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Pulsar77
2013-Dec-08, 11:16 AM
I'm planning a trip to the US in about a year and I love a good science centre. Hoping to visit as many good centres as possible during my trip. My Itinerary is not set yet and am planning to be there for a month or two and traveling around quite a bit.

Would love to get some recommendations for where to visit and where not to visit.

Nick Theodorakis
2013-Dec-08, 06:45 PM
If you got to Washington DC there are several museums that are part of the Smithsonian Institution, and they are worth a visit -- the Natural History Museum, and the two locations of the Air and Space Museum (both worth visiting, even though one location is a bit out of the way), for example.

Nick

Buttercup
2013-Dec-08, 07:14 PM
Johnson Space Center in Houston.

And if you come to New Mexico, this - in Alamogordo:

http://www.nmspacemuseum.org/

Noclevername
2013-Dec-08, 09:44 PM
Talcott Mountain Science Center in Avon, Connecticut.

Swift
2013-Dec-08, 10:02 PM
By "science centers" do you mean museums about science, or do you mean places do actual science research (though yes, some museums also do research)?

KaiYeves
2013-Dec-09, 12:02 AM
If you got to Washington DC there are several museums that are part of the Smithsonian Institution, and they are worth a visit -- the Natural History Museum, and the two locations of the Air and Space Museum (both worth visiting, even though one location is a bit out of the way), for example.

Nick
Agreed-- and the Smithsonian Museums are all free to visitors, as well!

In New York, the American Museum of Natural History is an absolute must-see, and while there isn't much else strictly scientific there, the Space Shuttle Enterprise exhibit at the Intrepid Sea, Air, Space museum is very nice.

Here in Boston, the Museum of Science is pricey but worthwhile, and the MIT Museum is small, but excellent. I haven't been to the Harvard Natural History Museum, but I've heard good things.

ngc3314
2013-Dec-09, 03:04 PM
For the astronomically minded, McDonald Observatory offers viewing nights at their 2.1m and 2.7m telescopes (probably the largest such regularly available for public viewing). Chicago's Adler Planetarium has extensive displays of equipment and demonstrations (plus a glass wall to watch the Zooniverse programming team at work in their native habitat), and the Museum of Science and Industry had good stuff when last I saw it (fairly long ago). In Los Angeles, Griffith Observatory (located near the famous Hollywood sign) offers a similarly rich set of exhibits. Most major observatories have some sort of exhibits and opportunities to view the facilities (including radio instruments, especially in Green Bank, West Virginia, and the VLA in New Mexico). Lick Observatory has Friday viewing nights during the summer with the historic 0.9m refractor and the 1m Nickel reflector in the same building.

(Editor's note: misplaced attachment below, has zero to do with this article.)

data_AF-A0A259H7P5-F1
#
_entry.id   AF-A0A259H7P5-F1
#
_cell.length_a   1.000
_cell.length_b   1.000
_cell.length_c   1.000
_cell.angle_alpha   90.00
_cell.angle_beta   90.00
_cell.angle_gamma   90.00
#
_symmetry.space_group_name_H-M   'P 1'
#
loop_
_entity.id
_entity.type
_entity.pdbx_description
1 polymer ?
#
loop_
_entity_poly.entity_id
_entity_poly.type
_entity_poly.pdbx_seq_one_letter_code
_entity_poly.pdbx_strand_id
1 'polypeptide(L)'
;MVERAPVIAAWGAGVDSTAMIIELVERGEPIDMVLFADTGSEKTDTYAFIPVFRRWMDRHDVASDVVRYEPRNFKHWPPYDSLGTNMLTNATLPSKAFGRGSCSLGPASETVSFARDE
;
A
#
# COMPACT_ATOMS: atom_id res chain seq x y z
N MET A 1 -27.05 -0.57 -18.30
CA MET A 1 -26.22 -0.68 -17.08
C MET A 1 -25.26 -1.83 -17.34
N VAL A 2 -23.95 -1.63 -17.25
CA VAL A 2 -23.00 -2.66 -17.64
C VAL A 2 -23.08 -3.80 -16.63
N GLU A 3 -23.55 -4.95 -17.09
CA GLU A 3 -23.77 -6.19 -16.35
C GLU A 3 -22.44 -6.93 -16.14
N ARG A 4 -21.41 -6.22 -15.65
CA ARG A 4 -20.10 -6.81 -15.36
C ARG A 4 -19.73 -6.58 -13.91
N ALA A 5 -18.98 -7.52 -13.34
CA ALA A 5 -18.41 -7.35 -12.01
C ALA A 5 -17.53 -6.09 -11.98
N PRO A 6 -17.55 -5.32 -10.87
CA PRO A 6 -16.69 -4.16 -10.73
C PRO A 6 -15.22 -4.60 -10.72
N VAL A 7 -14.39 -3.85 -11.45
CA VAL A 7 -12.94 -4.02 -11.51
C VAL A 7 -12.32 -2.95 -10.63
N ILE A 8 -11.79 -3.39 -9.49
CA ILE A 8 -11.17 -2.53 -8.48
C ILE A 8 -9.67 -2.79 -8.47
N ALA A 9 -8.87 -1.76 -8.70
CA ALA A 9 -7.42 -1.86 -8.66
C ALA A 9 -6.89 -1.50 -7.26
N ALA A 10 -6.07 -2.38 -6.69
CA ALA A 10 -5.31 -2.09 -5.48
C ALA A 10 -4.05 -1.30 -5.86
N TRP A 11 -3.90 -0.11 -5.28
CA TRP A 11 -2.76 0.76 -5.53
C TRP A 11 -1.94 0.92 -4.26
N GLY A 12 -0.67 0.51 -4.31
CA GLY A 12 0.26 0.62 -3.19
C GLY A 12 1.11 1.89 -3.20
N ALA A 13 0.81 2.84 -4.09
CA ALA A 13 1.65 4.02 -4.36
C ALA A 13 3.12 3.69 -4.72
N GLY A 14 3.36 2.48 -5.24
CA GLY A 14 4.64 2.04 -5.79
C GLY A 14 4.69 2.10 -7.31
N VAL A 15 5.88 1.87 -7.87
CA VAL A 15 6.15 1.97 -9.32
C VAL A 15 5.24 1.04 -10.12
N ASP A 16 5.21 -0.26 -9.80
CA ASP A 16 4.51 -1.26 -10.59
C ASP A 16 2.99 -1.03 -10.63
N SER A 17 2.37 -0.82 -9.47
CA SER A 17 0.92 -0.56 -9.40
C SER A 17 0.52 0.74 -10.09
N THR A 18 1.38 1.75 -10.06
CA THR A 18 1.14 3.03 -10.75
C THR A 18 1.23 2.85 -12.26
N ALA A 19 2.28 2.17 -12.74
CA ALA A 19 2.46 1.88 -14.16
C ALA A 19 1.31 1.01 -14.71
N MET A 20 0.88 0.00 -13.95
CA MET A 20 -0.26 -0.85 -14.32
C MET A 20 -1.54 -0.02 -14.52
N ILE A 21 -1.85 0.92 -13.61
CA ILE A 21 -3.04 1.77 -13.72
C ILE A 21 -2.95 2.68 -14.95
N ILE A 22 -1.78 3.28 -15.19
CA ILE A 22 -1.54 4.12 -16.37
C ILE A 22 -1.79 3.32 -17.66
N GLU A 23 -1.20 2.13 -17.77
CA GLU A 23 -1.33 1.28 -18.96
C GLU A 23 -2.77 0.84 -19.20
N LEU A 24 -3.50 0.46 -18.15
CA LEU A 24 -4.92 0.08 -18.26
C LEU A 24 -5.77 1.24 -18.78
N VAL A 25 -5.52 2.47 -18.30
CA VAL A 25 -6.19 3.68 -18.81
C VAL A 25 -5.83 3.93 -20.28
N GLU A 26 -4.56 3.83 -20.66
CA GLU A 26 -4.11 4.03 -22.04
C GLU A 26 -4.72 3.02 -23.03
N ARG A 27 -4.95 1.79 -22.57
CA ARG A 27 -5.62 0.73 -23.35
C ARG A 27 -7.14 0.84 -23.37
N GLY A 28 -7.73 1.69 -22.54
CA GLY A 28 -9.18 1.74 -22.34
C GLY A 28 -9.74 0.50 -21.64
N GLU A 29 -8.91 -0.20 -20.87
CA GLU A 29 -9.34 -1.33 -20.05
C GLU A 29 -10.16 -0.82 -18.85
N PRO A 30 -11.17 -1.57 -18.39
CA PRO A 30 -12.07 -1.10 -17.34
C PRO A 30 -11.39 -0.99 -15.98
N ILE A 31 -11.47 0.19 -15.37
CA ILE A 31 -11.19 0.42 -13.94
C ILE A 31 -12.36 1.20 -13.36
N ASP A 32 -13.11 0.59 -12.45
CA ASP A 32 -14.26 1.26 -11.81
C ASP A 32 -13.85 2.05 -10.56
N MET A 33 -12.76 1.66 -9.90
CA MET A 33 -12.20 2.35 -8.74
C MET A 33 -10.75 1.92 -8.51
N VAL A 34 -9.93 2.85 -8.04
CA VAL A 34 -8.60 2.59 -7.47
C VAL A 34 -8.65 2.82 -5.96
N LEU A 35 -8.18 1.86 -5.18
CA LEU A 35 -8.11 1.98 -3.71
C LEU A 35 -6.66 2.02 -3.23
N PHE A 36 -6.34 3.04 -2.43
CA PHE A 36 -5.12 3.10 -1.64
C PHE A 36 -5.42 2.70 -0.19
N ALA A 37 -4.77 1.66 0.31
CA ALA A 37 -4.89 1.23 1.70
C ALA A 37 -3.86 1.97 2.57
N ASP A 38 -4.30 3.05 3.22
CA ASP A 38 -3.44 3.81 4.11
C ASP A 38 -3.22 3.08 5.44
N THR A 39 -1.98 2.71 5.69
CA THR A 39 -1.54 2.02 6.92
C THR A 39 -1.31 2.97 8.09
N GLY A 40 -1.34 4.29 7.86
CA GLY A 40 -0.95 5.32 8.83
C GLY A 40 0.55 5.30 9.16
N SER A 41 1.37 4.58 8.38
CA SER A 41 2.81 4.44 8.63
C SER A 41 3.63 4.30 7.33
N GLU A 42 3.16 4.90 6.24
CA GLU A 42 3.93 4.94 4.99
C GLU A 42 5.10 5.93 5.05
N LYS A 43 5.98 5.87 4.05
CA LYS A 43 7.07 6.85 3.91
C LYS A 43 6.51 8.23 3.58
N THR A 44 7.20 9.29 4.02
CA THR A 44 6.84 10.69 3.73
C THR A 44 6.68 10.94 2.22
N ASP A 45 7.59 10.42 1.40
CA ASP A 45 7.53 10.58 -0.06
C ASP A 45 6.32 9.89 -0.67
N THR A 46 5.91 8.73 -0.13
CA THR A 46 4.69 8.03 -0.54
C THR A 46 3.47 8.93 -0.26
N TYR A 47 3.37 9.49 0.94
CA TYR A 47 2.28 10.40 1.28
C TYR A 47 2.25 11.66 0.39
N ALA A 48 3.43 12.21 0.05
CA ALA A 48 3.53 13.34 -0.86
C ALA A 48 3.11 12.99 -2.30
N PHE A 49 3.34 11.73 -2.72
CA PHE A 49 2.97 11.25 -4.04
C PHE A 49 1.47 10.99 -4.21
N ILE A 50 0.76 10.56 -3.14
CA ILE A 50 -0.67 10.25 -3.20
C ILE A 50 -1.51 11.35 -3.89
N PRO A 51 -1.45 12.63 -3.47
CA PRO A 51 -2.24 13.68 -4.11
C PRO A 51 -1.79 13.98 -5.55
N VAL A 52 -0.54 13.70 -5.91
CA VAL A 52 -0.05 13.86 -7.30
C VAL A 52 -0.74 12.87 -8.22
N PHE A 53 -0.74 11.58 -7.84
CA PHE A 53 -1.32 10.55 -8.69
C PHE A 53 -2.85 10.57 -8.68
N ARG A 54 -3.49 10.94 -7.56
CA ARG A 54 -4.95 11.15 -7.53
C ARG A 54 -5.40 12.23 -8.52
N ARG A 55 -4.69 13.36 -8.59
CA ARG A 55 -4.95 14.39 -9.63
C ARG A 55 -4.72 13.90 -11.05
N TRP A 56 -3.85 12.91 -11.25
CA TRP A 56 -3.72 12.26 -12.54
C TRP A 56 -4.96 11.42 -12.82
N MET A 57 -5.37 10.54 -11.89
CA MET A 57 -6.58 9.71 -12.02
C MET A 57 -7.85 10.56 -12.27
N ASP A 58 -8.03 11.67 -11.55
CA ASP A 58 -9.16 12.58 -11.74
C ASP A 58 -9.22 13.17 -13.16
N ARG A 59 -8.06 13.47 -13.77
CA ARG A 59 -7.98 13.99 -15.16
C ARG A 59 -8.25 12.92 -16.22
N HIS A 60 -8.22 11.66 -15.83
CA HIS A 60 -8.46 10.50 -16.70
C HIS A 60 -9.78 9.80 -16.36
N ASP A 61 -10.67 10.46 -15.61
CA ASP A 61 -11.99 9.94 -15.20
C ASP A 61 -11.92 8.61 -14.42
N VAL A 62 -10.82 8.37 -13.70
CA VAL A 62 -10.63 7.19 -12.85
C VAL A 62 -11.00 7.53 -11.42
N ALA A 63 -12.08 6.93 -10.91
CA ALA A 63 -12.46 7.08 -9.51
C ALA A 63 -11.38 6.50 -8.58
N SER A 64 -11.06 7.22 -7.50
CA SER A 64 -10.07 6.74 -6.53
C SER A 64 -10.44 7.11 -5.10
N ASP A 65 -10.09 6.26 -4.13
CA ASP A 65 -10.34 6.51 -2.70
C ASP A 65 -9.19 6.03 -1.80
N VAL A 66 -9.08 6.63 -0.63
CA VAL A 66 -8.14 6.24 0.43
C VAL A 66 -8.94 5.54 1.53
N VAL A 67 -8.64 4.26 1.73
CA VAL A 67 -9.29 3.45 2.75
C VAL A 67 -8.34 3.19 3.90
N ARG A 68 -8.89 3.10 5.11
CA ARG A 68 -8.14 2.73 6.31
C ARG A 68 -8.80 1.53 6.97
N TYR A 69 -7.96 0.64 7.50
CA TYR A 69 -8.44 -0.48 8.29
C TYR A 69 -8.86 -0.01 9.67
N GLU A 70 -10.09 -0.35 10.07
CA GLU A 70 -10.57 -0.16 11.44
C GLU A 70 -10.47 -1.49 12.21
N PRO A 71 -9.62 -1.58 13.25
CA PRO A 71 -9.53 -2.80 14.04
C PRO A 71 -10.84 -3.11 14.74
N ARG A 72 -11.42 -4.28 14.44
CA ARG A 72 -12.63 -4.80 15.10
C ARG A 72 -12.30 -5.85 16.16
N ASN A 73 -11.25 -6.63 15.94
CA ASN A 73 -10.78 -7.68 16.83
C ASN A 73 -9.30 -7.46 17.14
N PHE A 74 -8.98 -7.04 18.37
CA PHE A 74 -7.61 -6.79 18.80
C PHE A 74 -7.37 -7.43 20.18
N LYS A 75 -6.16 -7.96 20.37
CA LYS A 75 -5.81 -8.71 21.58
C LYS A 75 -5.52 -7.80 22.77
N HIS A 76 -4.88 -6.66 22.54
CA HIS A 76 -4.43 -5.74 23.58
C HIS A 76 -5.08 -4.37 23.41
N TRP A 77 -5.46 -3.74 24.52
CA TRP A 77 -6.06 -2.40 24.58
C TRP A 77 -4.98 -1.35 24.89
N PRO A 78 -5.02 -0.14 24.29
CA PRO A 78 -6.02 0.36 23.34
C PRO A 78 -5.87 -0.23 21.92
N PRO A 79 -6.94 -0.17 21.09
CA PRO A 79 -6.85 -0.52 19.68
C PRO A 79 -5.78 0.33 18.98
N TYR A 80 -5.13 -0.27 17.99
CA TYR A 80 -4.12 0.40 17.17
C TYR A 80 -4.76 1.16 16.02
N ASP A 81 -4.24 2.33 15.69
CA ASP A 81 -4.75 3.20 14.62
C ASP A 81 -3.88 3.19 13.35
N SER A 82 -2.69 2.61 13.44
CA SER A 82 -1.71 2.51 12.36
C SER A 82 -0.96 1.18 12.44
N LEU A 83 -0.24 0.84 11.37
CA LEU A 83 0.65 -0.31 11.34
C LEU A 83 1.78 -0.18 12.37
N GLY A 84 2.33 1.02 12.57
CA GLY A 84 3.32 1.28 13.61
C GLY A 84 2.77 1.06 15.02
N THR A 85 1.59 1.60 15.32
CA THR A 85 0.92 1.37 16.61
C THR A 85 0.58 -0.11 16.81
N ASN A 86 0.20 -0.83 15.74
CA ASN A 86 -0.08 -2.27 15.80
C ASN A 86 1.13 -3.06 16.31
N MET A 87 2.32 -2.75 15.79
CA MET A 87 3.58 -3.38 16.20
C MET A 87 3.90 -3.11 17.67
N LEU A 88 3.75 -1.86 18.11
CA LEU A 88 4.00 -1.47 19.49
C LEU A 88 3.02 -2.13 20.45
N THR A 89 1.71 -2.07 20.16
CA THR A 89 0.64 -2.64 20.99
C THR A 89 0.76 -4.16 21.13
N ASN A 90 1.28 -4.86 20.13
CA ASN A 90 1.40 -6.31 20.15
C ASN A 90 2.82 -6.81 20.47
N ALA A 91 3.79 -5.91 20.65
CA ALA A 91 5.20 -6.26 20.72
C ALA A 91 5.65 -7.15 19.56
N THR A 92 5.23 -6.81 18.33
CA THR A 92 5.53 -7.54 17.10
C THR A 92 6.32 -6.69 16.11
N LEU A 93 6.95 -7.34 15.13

(These sites are widely spread - depending on where you're coming from and whether it's your first trip to the US, a caution about travel times may be in order).

DonM435
2013-Dec-09, 04:29 PM
Growing up in Chicago, I went to the Museum of Science and Industry often, and still never managed to see every exhibit. I thinki it was a pioneering example of interactive exhibits, wherein you couldpush buttons all day and see things happen. The vast assemblage of out-of-state and foreign license plates we'd see in the parking lot attested to its international reputation. Haven't been there in years, but I imagine it's still impressive.

Adler Planetarium has the Shedd Aquarium and the Field Museum of Natural History in its neighborhood (not to mention legendary Soldier Field. Heck, there even used to be a small airport out there.) I always enjoyed this other museum, because it was quieter and had dinosaur fossils and mummies. Some folks might be put off. Last time I looked there were hundreds of taxidermy'd wild beasts, and the plaques invariably informed you that these had been procured by a Theodore Roosevelt expedition, many being shot by Teddy himself. The man must have wiped out numerous species during his career as America's foremost conservationist!

NEOWatcher
2013-Dec-09, 08:09 PM
Here in the U.S. we don't have centres. But we do have plenty of centers. ;)

I second Swifts question.
Are you looking for more of a museum of science, or more of a hands on type of thing which is more of a learning museum?

Definitely the Smithsonian for museum experience.
For the others, there are plenty of nice ones all over the country so you might be able to fit one into your itinerary instead of fitting your itinerary to a specific one.

primummobile
2013-Dec-09, 08:13 PM
The Kennedy Space Center is pretty impressive.

danscope
2013-Dec-09, 10:52 PM
Definietly Boston Museum of Science. I did some work there, including the Mugar Theatre , amazing surround picture.
Much to see.

Dan